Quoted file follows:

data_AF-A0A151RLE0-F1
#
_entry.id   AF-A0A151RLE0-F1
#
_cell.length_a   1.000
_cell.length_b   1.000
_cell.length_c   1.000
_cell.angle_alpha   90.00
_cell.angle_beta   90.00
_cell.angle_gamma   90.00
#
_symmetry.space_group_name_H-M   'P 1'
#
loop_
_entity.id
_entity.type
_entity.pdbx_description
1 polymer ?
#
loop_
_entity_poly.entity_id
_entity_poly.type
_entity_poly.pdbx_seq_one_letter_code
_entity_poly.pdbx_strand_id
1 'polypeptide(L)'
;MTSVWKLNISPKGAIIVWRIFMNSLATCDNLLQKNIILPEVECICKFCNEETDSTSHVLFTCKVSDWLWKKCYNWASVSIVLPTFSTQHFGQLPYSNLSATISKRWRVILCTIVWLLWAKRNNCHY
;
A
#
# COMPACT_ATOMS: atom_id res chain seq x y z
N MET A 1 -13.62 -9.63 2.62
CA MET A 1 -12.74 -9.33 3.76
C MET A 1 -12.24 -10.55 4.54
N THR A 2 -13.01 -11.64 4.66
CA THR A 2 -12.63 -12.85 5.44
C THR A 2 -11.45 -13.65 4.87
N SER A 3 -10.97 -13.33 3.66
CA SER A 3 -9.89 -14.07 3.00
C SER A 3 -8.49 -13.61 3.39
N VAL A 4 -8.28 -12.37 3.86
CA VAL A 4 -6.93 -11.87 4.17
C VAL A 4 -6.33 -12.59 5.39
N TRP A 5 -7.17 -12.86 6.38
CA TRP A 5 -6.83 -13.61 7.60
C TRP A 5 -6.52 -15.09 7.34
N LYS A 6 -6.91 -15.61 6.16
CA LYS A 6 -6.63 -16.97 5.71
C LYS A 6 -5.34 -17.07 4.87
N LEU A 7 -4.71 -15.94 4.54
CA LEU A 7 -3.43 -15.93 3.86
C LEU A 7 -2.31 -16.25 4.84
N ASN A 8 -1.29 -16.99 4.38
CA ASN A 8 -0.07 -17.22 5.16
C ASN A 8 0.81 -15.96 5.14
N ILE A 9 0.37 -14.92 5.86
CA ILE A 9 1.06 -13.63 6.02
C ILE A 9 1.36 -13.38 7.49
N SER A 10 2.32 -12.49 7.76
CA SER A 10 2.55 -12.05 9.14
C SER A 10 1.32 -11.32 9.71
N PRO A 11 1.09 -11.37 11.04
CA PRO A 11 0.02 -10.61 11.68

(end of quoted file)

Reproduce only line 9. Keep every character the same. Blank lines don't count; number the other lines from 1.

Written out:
_cell.angle_beta   90.00